As Singapore looked forward to another weekend away from work, hundreds of practitioners were heading there to enjoy some of the best spots in the world. Little did they know, their city was about to turn into the biggest parkour jam in Asia.
In its second time running, The Lion City Gathering hosted about 200 practitioners, made up of a multitude of different nationalities. With faces from UK, Germany, Sweden, Switzerland, France, Thailand, Vietnam, Indonesia, Japan, China, Korea and all over the world, it’s definitely one of the most diverse jams ever made.
FOR TRACEURS, BY TRACEURS
Completely free, and open to all, the 3-day event was created by Parkour Singapore purely for the love of movement. The local community pitched in all their possible resources to host the event, from practitioners opening up their homes, to the local parkour gyms allowing some amazing sessions for the international guests.
“Singapore is the ‘best and worst place’ to organise such a jam” – Koh Chen Pin
Besides the free and easy training sessions during the Lion City Gathering, the highlight of the event was a Parkour Workshop by Jiho Kim, practitioner for more than 12 years and president of PkGen Korea. Practitioners, new and old, came together as he shared his perspective of movement, and gave tips on how to be more purposeful in parkour. The insightful workshop was also backed up by Art Du Deplacement Academy Singapore.
And of course, not forgetting, the first ever legit Parkour and Freerunning competition in Singapore. With well-known hosts such as Bart Van der Linden, Dominic Di Tomasso, Ista Ho, Alex Winslow, and Singapore’s Koh Chen Pin, the competition had some beautiful runs. Aimed to showcase the hidden talents of Asia, the competition definitely did not disappoint. Unknown names from Vietnam, Thailand, Indonesia, Australia and even Singapore itself, represented hard. Each showcasing their distinct style of movement.
There were positive vibes all around, as people shared their passion for movement with each other.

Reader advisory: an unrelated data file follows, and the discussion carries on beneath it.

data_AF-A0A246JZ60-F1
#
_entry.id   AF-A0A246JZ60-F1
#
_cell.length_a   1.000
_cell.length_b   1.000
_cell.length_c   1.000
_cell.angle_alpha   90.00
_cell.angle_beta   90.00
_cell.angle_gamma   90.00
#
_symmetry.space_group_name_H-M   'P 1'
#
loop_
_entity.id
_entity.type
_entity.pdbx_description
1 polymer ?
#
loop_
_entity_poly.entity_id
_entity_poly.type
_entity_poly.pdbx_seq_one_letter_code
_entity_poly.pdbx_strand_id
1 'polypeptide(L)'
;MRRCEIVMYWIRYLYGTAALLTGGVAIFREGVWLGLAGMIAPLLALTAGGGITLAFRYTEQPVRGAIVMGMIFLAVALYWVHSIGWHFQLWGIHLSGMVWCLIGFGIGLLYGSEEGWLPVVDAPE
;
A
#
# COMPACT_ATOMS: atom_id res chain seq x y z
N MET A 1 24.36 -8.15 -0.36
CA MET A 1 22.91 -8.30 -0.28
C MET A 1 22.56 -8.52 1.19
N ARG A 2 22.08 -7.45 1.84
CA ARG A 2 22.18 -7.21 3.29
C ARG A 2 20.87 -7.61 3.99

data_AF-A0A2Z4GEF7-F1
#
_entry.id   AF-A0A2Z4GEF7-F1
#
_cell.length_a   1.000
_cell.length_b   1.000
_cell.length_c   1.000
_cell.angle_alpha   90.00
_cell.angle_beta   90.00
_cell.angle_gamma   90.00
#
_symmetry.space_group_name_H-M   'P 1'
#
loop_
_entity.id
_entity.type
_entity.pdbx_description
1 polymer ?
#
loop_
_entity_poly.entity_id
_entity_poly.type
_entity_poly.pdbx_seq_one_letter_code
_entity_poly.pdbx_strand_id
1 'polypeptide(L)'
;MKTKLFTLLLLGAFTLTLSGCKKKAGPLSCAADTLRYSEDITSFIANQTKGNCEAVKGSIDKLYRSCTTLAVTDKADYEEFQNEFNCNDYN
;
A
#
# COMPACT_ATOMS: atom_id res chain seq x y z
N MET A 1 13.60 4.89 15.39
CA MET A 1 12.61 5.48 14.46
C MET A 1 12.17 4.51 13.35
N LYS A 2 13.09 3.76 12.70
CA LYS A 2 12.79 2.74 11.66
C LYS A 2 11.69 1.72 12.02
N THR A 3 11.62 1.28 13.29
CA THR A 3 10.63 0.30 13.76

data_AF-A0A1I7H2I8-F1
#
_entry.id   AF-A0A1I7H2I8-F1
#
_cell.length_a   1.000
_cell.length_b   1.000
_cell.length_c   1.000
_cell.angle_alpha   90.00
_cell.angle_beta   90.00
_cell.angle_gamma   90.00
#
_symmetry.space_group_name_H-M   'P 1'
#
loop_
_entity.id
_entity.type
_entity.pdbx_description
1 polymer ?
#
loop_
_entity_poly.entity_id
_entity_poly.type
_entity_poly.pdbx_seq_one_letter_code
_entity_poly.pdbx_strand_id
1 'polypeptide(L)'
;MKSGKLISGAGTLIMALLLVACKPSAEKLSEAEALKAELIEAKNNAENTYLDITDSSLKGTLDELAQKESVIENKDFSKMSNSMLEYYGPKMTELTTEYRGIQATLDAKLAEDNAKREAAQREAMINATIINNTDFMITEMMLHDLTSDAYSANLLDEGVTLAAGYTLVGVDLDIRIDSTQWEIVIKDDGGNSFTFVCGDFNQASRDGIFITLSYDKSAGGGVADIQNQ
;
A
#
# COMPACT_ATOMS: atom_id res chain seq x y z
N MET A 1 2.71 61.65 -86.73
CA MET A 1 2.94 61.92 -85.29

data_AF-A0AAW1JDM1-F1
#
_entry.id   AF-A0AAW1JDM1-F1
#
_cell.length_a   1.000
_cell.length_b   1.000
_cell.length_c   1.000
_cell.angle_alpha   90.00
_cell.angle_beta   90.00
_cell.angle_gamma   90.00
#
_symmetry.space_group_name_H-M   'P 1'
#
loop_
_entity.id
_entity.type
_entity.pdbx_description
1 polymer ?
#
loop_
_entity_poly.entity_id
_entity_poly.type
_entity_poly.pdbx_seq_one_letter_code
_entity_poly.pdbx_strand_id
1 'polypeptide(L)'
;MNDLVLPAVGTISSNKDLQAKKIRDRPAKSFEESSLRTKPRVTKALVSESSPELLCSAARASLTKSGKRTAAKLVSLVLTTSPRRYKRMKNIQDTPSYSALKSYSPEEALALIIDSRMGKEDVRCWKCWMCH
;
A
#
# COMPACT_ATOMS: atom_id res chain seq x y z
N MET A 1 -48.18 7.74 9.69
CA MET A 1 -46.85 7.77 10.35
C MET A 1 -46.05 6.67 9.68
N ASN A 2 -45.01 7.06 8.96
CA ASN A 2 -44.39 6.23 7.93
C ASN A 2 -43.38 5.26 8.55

A fine city famous for its law and order, Singapore is the ‘best and worst place’ to organise such a jam as said by one of the organisers Koh Chen Pin. With so many strict rules that disallows crowds to be too noisy or simply gathering around in extra large groups, and having such a densely populated city area, the police were called to the jam ever so often.
However, it is exactly this, that makes LCG so unique. You might get kicked out of a spot anytime, but there are places to train literally everywhere. For every close-minded resident, there’s a few standing by their windows, watching you train, silently cheering you on. In no other place in the world, would you get to experience a silent Freerunning Competition, where only hand signals are allowed as cheering. It may not be the most pleasant experience, but it certainly is a unique one, as you overcome the obstacles of a conservative society. We are already excited for the videos to come, documenting this interesting experience.
Hopefully, Parkour will be accepted and appreciated in more societies in the future, and more opportunities will be given to practitioners to pursue a livelihood in this fine art.
SPIRIT OF PK
In a world that focuses on commercial value, it brings a smile to our faces to see such an event where different communities get together to create something beautiful. The Koreans for conducting the workshop, the Indonesians for helping out the logistics side of things, world-class athletes judging and running the Freerunning competition. And of course, the many others who gave bits and pieces of advice for the jam, or simply gracing it with their presence.
Perhaps it is jams like this that are the perfect embodiment of what Parkour represents, a means to express, to give back, to grow, and just having fun with some new mates who enjoy jumping as much as you do.
Till the next LCG, see you soon!